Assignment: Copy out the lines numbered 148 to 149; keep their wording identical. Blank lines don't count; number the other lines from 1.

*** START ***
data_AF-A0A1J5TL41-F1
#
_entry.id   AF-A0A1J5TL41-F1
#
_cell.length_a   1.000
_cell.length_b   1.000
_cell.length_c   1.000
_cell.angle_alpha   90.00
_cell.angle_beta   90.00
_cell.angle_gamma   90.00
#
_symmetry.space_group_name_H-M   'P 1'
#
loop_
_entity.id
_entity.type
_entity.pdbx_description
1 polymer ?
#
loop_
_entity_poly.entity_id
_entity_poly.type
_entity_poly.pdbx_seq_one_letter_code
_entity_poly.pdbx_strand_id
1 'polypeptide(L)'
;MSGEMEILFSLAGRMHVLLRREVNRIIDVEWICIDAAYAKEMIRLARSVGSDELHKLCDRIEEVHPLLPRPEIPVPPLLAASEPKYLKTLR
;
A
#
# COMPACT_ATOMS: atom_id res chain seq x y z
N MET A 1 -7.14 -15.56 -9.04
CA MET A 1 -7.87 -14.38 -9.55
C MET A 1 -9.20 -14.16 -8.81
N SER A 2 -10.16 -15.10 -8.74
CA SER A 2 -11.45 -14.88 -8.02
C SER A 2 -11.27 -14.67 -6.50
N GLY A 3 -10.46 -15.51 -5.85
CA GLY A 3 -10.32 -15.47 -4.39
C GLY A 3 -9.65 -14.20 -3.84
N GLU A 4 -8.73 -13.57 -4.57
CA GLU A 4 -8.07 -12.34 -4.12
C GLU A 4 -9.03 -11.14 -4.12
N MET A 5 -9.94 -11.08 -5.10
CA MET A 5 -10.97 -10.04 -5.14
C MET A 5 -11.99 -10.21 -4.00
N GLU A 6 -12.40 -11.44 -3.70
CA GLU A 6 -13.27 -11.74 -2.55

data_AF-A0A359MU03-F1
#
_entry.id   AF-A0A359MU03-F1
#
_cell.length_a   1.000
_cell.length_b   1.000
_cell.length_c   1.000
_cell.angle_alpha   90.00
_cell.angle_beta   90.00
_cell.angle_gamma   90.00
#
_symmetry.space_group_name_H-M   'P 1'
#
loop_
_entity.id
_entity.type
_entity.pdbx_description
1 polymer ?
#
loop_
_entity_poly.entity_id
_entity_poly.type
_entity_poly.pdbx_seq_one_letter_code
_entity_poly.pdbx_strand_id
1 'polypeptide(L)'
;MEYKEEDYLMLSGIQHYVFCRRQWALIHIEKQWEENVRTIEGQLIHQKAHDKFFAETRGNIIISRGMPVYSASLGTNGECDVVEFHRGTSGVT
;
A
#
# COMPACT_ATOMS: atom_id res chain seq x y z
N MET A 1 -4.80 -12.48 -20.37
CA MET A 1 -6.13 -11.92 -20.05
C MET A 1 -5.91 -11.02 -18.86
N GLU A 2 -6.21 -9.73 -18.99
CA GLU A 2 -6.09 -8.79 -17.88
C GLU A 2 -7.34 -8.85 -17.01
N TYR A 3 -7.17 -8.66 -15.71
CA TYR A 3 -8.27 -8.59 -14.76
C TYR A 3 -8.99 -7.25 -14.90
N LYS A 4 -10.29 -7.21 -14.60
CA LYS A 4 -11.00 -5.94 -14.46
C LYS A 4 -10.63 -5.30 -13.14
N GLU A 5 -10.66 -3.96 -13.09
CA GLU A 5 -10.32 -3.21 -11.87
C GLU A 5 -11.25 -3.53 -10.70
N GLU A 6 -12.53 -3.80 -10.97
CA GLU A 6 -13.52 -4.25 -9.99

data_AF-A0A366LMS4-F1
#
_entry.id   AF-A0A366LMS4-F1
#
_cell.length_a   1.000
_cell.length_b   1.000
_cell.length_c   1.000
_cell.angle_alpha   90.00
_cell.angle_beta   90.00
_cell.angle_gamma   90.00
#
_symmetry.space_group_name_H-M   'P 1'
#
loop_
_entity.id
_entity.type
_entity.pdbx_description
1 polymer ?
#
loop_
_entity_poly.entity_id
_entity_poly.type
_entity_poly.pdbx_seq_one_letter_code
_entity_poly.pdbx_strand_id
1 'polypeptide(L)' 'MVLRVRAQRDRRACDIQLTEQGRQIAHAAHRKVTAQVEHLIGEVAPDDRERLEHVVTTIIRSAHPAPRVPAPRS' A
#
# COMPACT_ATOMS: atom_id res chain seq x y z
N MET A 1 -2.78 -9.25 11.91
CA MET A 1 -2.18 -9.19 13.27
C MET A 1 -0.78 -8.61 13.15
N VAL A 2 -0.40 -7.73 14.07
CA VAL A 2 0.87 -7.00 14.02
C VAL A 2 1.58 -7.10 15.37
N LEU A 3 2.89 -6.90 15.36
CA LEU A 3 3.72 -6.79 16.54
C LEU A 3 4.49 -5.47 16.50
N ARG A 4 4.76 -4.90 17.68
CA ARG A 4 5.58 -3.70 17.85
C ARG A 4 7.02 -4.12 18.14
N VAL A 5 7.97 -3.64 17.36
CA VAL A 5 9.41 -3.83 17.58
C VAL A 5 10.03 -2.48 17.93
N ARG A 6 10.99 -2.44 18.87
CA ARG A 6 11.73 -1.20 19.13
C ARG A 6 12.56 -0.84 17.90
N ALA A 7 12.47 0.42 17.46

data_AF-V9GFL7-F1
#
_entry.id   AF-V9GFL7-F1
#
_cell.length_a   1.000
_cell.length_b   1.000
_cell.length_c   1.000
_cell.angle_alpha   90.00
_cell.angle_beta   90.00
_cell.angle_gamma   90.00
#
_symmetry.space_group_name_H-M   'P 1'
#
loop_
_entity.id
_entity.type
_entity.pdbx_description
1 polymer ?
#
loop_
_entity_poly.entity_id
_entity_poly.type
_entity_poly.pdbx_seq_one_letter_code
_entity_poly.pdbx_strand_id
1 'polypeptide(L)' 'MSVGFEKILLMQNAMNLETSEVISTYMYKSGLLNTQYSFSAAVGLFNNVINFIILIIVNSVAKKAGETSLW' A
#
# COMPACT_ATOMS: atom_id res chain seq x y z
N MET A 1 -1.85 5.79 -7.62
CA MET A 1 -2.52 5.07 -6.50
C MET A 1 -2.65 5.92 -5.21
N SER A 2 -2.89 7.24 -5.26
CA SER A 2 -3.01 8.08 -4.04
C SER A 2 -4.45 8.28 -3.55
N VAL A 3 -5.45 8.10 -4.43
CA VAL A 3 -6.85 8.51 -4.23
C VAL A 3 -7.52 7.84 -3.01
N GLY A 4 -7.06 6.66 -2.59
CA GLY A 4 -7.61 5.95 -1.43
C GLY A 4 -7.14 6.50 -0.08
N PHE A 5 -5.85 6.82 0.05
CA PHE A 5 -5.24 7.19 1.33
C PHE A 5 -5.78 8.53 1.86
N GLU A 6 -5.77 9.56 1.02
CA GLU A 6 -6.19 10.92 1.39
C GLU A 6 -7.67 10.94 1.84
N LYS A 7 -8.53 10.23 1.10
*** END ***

_cell.angle_alpha   90.00
_cell.angle_beta   90.00